Tuesday, December 10, 2013
These days I'm not seeing very far. First of all, winter has come early and, as you can see, my window is frozen up with ice crystals. Secondly, I am immersed in a gigantic creative project that is eating up all my free time. Literally, there is no "free" time because I have to make a deadline. But it is a good project, and soon, when the deadline has passed and the gift has been delivered, I can tell you about it and hopefully return to my regular life.
Friday, December 6, 2013
|Water spout at Andersen Gardens, Rockford, IL|
We had a Thanksgiving without a turkey, and not by design. As I turned on the oven to bake the pies my daughter and I had so carefully put together, the bottom heat element went up in smoke. Literally melted. I had the turkey stuffed and ready to go. Since the top heating element was still working, I refused to give up. We "broiled" the pies until they had a nice crust, and then "broiled" the turkey. It didn't work. The result was a raw turkey and two soupy pies.
I have to admit that I was annoyed, mightily annoyed. Mainly at all that work going to waste. Fortunately the rest of the family was more good humored, and we weren't expecting any guests. I had made cranberry relish, corn bread, sweet potato spoon bread (my kids' favorite Thanksgiving dish) and roasted vegetables the day before, so we did have some Thanksgiving foods. The next day, my husband took the turkey apart, I broiled the parts and cooked it all to make a white turkey chili, another family favorite. I made apple crumble from the half-done apple pie and my daughter cooked the pumpkin pie on the stove, which worked surprisingly well. I guess there's a certain art to working with limited supplies or doing without something, and this experience had me thinking a lot about making do.
A few weeks ago I had been contemplating the same thing. The water main broke on our block, and so, around noon on a Sunday, our water was shut off without any warning. All faucets went dry. It took us a while to even find out from our neighbors what was going on. I happened to be in the middle of cooking, but fortunately I didn't need water for what I was fixing. I couldn't, however, run the dishwasher or even soak the pots and pans. My son quipped, "I now appreciate all of Dad's bottled water." Oh, yeah! I instructed the kids to not flush the toilets unless they had to, and I was suddenly very appreciative of the restrooms at the JCC where I was driving my son for basketball later that day. Oh, the luxury of washing my hands!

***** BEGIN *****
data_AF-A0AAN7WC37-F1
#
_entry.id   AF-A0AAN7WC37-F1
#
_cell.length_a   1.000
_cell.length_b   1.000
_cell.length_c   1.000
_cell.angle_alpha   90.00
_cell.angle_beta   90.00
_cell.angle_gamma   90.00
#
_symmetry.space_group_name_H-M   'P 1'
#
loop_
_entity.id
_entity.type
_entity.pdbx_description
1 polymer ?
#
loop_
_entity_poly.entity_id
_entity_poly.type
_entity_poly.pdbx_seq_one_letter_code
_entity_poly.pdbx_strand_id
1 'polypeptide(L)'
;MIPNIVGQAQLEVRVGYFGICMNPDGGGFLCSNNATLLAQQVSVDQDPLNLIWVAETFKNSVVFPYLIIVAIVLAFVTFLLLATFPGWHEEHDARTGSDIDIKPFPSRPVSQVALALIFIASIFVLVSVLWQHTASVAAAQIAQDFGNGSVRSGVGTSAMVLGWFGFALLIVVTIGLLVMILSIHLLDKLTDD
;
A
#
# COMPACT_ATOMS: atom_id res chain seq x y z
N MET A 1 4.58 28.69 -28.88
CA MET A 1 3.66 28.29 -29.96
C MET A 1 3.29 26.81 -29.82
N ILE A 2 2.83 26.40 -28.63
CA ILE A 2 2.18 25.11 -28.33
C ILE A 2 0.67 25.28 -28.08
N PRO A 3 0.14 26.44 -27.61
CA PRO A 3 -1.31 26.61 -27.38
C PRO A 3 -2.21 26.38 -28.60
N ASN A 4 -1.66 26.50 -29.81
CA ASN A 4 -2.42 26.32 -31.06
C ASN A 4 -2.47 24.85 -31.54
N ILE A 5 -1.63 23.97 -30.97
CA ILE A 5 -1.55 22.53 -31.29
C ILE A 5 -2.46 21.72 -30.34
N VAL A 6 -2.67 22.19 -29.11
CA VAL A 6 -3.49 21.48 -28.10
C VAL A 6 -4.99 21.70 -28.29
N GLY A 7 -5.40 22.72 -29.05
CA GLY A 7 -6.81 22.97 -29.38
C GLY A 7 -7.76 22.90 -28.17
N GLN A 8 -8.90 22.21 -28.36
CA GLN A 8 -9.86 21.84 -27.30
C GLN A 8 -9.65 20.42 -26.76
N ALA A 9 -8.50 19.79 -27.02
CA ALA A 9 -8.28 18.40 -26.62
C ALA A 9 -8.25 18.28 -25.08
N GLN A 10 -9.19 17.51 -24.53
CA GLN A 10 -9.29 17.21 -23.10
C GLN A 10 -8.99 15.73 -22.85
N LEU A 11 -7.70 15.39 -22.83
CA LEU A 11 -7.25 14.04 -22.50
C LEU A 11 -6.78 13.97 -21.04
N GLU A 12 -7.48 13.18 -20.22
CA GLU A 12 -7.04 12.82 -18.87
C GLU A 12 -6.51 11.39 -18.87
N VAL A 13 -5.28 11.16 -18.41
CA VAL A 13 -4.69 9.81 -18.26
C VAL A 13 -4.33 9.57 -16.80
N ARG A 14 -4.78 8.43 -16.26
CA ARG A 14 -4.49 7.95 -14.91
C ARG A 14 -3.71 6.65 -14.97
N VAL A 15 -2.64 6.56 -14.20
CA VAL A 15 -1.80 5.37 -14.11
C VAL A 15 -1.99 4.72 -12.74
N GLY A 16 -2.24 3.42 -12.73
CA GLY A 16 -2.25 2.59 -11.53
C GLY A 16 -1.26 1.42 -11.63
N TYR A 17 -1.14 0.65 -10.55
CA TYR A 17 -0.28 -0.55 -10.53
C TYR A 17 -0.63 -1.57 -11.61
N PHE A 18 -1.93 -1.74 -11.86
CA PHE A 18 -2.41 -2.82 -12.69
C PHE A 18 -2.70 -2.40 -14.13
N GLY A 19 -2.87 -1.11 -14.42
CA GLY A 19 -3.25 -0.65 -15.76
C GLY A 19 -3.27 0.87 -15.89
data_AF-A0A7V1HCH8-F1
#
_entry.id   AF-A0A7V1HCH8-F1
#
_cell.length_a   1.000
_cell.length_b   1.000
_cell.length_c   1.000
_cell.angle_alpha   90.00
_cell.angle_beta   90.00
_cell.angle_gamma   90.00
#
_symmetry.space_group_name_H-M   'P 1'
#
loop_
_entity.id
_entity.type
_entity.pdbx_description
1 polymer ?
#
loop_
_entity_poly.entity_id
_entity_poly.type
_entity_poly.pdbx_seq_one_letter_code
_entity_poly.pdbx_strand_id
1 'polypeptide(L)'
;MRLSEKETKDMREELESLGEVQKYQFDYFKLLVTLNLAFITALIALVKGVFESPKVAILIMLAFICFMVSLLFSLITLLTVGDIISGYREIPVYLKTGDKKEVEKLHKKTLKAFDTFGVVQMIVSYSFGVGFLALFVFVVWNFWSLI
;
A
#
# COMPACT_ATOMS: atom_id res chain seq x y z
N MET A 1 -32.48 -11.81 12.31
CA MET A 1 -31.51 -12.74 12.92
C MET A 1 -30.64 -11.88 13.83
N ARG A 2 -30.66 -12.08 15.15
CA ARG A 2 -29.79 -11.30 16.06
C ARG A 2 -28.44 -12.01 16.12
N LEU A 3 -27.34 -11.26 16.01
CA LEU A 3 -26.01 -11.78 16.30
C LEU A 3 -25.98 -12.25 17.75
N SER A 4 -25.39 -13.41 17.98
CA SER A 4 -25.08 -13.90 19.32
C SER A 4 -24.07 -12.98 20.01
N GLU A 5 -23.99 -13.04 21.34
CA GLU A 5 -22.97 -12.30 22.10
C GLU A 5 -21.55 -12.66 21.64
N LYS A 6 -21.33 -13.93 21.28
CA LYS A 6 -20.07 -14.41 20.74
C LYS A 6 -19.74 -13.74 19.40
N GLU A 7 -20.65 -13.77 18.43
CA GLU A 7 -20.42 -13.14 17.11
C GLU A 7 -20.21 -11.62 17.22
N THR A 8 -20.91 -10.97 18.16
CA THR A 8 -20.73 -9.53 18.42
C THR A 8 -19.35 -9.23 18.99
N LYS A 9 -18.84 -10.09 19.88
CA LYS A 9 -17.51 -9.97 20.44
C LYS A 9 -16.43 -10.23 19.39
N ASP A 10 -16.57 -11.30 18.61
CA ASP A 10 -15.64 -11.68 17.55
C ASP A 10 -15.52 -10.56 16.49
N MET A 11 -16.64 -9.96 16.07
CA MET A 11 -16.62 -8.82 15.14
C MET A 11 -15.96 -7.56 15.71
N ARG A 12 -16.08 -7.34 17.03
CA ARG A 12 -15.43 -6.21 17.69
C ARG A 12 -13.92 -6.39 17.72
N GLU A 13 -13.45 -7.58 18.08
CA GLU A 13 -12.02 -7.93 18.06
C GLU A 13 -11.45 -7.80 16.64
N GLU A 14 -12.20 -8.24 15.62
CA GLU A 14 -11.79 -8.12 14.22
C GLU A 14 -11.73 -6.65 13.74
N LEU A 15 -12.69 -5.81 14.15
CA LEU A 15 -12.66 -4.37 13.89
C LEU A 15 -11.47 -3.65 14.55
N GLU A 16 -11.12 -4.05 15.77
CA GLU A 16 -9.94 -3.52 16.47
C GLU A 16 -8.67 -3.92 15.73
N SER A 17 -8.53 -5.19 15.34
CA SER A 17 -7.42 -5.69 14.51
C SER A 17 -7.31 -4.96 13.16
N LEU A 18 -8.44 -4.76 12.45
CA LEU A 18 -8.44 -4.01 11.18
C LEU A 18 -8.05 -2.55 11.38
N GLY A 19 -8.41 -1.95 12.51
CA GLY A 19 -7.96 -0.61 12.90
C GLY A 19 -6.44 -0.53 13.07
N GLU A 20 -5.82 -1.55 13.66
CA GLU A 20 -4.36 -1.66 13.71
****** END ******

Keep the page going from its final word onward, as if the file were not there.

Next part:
I was thinking of all the things we need running water for - flushing the toilet, making coffee, boiling pasta, taking a shower, washing our hands, etc. The only water we did have was "Dad's bottled water," but that was too precious for all the other tasks. Thankfully, the water was on again later that evening, but it had us all appreciate the miracle of a running faucet.
So, one can do without, without running water (at least for a while) and without an oven. Life can be sustained. People lived (still do in other parts of this world) without an oven or running water. To a First Worldler like me, it's annoying, cumbersome, and requires some resourcefulness and good humor, but it can be done. Both are not necessary to sustain life. Making do, I guess, is a good exercise once in a while. It makes me appreciate our modern conveniences to much more when they are working.
|Drinking station for visitors at Andersen Gardens|
Wednesday, November 27, 2013
Walking through the preschool building at my son's school always lifts my spirits because I will come across funny and cute creations like these Menurkeys (= Menorah Turkey), created, in this case, by the Parent/Tot class. That's one reason I love working at the school (I do their weekly e-newsletter and handle other communications tasks). Last week these Menurkeys were winking at me from the top of a row of cubbies where they were set out to dry. If something as cute and creative as these guys doesn't cheer you up, I don't know what would!
This year's unique convergence of Chanukah and Thanksgiving (I really don't like the term "Thanksgivukah") had the preschool abounding with creative projects that bring both holidays together. See more at the school's blog. It also had my shopping list mightily confused. On Sunday I was shopping for all those special things you need for Thanksgiving (sweet potatoes, canned pumpkin, fresh cranberries) when it hit me that I should also be getting those special things you need for Chanukah (potatoes, sour cream, apple sauce), but I did forget to buy candles. Duh! Fortunately, we have plenty of Chanukah candle assortments left from previous holidays. It's a bit much, two holidays in one, but we shall make the best of this rare convergence that supposedly will not happen again until 2070.
Today we shall light the first Chanukah candle as night falls, and tomorrow we shall roast a turkey. For my family, the latkes (the traditional potato pancakes for Chanukah) will come later this weekend or whenever the Thanksgiving leftovers run out. Thankfully, Chanukah is an eight-day festival.